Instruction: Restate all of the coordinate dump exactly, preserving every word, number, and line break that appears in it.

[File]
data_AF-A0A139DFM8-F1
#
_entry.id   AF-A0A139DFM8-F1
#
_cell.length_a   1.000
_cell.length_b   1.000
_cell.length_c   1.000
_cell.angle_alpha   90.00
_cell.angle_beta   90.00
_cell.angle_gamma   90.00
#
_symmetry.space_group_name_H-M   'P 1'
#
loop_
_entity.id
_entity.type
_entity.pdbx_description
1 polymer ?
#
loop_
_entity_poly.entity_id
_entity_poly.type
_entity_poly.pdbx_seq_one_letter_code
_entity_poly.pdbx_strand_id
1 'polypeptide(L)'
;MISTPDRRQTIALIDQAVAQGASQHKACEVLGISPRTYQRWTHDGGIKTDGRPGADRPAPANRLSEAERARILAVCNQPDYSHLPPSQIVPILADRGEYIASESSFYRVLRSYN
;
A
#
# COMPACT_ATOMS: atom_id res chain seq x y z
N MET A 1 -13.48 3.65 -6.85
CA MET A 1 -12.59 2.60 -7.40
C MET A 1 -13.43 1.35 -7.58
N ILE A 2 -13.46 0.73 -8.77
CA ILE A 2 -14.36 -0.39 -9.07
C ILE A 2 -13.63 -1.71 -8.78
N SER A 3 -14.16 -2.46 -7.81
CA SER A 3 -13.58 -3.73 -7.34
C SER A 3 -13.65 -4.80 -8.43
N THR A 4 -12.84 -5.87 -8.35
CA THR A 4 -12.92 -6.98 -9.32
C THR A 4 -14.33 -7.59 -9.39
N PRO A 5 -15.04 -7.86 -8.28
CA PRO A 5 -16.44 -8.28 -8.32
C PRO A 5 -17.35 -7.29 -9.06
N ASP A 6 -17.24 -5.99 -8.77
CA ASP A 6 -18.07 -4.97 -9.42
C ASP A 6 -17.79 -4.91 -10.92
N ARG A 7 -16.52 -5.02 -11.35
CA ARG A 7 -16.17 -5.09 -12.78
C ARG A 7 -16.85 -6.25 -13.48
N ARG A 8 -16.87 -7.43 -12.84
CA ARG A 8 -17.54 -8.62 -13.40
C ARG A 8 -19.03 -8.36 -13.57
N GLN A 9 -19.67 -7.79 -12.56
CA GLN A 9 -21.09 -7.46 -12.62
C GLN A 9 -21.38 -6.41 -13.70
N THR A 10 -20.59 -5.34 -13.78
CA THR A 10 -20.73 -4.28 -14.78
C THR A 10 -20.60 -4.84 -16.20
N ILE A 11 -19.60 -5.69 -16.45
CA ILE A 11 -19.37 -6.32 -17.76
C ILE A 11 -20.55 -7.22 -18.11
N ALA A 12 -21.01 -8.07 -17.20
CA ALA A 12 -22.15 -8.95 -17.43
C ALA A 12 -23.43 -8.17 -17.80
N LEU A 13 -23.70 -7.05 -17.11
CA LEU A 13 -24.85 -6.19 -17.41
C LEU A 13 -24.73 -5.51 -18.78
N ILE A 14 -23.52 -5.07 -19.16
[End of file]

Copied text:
data_AF-A0A139DFM8-F1
#
_entry.id   AF-A0A139DFM8-F1
#
_cell.length_a   1.000
_cell.length_b   1.000
_cell.length_c   1.000
_cell.angle_alpha   90.00
_cell.angle_beta   90.00
_cell.angle_gamma   90.00
#
_symmetry.space_group_name_H-M   'P 1'
#
loop_
_entity.id
_entity.type
_entity.pdbx_description
1 polymer ?
#
loop_
_entity_poly.entity_id
_entity_poly.type
_entity_poly.pdbx_seq_one_letter_code
_entity_poly.pdbx_strand_id
1 'polypeptide(L)'
;MISTPDRRQTIALIDQAVAQGASQHKACEVLGISPRTYQRWTHDGGIKTDGRPGADRPAPANRLSEAERARILAVCNQPDYSHLPPSQIVPILADRGEYIASESSFYRVLRSYN
;
A
#
# COMPACT_ATOMS: atom_id res chain seq x y z
N MET A 1 -13.48 3.65 -6.85
CA MET A 1 -12.59 2.60 -7.40
C MET A 1 -13.43 1.35 -7.58
N ILE A 2 -13.46 0.73 -8.77
CA ILE A 2 -14.36 -0.39 -9.07
C ILE A 2 -13.63 -1.71 -8.78
N SER A 3 -14.16 -2.46 -7.81
CA SER A 3 -13.58 -3.73 -7.34
C SER A 3 -13.65 -4.80 -8.43
N THR A 4 -12.84 -5.87 -8.35
CA THR A 4 -12.92 -6.98 -9.32
C THR A 4 -14.33 -7.59 -9.39
N PRO A 5 -15.04 -7.86 -8.28
CA PRO A 5 -16.44 -8.28 -8.32
C PRO A 5 -17.35 -7.29 -9.06
N ASP A 6 -17.24 -5.99 -8.77
CA ASP A 6 -18.07 -4.97 -9.42
C ASP A 6 -17.79 -4.91 -10.92
N ARG A 7 -16.52 -5.02 -11.35
CA ARG A 7 -16.17 -5.09 -12.78
C ARG A 7 -16.85 -6.25 -13.48
N ARG A 8 -16.87 -7.43 -12.84
CA ARG A 8 -17.54 -8.62 -13.40
C ARG A 8 -19.03 -8.36 -13.57
N GLN A 9 -19.67 -7.79 -12.56
CA GLN A 9 -21.09 -7.46 -12.62
C GLN A 9 -21.38 -6.41 -13.70
N THR A 10 -20.59 -5.34 -13.78
CA THR A 10 -20.73 -4.28 -14.78
C THR A 10 -20.60 -4.84 -16.20
N ILE A 11 -19.60 -5.69 -16.45
CA ILE A 11 -19.37 -6.32 -17.76
C ILE A 11 -20.55 -7.22 -18.11
N ALA A 12 -21.01 -8.07 -17.20
CA ALA A 12 -22.15 -8.95 -17.43
C ALA A 12 -23.43 -8.17 -17.80
N LEU A 13 -23.70 -7.05 -17.11
CA LEU A 13 -24.85 -6.19 -17.41
C LEU A 13 -24.73 -5.51 -18.78
N ILE A 14 -23.52 -5.07 -19.16